NEW YORK - A New York City hedge fund manager of Pakistani origin is being held on $1 million cash bail after allegedly stealing hundreds of thousands of dollars from investors, reports in American media said Tuesday.

Moazzam “Mark” Malik’s alleged victims include at least 16 investors and date as far back as 2011, according to a Securities and Exchange Commission complaint. A former New York City police department traffic agent, Malik has also been charged by New York City Attorney General Eric Schneiderman with stealing as much as $250,000 from five investors under his jurisdiction.

USA Today reports that 33-year-old Malik, who hails from Lahore, used such manipulative tactics as lying to a national news outlet to attract clients. In March of 2011, a Bloomberg report identified him as a rising fund manager based on data he provided claiming he had a 92.73 percent return investment. In one particular instance, Malik claimed his American Bridge Investment Group had $100 million in assets under management with offices at 40 Wall Street in downtown Manhattan.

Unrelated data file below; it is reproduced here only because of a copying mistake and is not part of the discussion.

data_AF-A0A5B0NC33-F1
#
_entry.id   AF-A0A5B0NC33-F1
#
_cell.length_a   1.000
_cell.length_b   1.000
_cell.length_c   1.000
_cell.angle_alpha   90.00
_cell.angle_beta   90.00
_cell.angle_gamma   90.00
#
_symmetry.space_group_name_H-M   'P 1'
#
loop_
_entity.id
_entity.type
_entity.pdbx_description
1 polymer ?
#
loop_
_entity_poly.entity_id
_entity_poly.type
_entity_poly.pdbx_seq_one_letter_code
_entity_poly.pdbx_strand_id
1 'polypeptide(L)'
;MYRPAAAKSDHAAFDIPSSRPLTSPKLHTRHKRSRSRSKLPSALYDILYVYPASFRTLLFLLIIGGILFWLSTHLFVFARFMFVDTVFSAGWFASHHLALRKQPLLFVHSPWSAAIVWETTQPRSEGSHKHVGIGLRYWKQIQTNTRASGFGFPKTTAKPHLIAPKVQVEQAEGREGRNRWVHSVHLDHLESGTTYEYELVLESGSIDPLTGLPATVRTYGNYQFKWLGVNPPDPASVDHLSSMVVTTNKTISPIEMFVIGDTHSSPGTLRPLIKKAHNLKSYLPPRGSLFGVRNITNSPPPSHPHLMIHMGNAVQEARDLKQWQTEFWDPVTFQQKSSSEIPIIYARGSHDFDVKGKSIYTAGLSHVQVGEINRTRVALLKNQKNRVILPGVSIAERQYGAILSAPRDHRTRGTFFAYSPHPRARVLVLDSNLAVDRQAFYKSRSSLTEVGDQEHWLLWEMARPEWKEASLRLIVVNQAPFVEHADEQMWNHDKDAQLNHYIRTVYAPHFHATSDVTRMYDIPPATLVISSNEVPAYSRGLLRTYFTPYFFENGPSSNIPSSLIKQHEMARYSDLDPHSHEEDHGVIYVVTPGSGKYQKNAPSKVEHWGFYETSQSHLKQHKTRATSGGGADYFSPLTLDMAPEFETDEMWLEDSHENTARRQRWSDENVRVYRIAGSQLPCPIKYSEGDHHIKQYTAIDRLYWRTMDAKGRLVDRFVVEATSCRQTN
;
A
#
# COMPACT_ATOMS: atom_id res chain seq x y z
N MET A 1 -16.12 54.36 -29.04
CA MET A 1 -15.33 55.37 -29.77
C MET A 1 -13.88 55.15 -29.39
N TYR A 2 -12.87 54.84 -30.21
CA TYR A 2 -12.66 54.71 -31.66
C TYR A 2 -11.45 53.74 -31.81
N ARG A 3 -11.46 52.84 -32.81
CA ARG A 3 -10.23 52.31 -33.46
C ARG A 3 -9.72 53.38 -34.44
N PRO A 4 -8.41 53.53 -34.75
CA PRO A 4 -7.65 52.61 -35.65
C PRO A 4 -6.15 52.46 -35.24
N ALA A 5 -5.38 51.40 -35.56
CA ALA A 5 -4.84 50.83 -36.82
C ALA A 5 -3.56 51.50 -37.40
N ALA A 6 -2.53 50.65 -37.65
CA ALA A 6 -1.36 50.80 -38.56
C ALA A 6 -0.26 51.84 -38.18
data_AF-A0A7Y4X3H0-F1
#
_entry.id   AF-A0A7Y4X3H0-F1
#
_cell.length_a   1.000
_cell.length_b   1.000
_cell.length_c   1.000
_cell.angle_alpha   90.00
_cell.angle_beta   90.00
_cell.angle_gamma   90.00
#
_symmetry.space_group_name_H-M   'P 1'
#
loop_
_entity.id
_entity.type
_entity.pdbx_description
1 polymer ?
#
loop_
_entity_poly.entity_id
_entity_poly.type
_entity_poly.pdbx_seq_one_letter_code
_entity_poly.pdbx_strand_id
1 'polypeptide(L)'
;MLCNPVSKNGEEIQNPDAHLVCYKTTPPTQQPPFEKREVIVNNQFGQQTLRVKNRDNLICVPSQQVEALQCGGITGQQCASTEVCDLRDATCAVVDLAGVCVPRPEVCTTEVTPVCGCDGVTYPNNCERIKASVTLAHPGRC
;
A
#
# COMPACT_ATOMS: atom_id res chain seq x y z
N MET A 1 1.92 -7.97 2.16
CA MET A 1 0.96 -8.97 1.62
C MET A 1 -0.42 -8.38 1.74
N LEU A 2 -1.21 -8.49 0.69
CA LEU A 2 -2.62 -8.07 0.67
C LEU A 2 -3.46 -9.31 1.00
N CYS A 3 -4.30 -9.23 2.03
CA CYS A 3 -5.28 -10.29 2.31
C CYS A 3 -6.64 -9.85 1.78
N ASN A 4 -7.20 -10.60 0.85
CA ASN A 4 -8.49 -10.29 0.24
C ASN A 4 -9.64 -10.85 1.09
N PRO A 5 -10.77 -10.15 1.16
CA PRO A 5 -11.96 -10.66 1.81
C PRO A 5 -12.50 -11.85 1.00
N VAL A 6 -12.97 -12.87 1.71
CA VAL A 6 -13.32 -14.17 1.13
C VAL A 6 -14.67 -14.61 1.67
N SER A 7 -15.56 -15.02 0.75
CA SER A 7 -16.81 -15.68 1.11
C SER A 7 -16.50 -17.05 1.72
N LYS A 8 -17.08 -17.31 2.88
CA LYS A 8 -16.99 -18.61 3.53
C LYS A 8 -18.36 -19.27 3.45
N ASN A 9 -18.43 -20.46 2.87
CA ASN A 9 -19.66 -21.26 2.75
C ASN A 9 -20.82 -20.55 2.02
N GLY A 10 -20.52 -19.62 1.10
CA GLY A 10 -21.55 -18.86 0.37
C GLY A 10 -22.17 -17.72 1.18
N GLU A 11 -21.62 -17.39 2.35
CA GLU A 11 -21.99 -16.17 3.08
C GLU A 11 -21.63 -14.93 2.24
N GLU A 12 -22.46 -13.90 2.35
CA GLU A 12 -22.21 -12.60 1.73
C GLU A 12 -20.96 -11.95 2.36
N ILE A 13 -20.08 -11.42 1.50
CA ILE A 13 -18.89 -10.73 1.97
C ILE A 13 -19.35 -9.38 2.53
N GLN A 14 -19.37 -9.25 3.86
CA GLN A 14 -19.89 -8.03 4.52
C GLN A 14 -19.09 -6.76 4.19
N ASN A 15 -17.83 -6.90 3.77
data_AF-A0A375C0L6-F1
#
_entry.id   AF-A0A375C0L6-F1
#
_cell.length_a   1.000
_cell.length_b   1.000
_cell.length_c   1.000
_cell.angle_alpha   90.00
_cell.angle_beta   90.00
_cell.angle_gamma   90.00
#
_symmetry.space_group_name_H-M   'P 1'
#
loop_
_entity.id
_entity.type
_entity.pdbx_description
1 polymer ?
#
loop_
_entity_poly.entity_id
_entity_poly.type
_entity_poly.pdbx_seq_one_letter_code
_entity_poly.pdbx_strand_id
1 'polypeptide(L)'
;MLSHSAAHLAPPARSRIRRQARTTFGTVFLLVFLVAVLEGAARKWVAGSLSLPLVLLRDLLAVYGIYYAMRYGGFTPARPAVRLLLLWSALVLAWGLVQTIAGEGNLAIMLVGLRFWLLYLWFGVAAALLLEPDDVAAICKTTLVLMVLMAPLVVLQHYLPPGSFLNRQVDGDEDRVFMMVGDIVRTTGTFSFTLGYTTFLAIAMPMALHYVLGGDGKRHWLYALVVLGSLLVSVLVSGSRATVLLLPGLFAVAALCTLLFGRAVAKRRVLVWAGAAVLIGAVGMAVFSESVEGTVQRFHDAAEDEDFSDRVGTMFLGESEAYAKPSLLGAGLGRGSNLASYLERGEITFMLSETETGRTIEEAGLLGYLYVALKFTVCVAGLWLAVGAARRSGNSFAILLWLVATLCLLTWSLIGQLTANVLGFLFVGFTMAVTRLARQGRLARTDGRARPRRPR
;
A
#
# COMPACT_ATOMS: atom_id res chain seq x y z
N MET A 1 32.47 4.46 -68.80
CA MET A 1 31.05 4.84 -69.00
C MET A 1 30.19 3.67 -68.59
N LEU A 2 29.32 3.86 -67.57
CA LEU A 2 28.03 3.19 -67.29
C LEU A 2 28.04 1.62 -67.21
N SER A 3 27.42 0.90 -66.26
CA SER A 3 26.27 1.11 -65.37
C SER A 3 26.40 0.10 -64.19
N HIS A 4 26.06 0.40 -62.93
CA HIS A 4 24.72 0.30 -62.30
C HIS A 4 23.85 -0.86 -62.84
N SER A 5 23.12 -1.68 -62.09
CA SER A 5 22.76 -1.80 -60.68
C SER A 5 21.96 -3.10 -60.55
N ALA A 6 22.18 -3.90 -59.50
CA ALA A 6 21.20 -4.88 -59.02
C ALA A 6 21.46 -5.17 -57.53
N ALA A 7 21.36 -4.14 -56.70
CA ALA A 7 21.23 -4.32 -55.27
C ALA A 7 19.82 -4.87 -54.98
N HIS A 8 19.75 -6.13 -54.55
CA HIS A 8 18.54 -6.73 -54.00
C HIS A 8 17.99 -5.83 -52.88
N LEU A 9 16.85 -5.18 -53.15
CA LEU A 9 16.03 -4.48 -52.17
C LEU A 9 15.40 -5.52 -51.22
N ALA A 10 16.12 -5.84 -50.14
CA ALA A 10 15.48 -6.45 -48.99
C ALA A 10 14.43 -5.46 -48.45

But Wall Street Journal, citing New York prosecutors and the Securities and Exchange Commission, said Malik was a fraud. He only raised a fraction of the amounts he said he did, never made any real investments and used the money to pay for a lavish lifestyle, the Journal quoted them as saying. The SEC accuses him of stealing more than $700,000 from investors. “If Malik is convicted, his case would show how fraudsters can exploit fund-ranking services,” the report said.  Investors who asked for their money back from Malik were rebuffed with email replies that ranged from affectionate to indignant to bizzare.

Sol Waksman, founder and president of BarclayHedge, said his firm made it clear to investors that it doesn’t verify the information provided to it by fund managers. Hedge funds are suited to professional investors, who can afford their own due diligence, he added. “The main takeaway from this is ‘let the buyer beware’.”

BarclayHedge primarily provides research to big institutional investors, he said. The firm has decided to stop offering $45 short reports on funds, which might attract small investors, as a result of the Journal’s inquiries, Waksman said.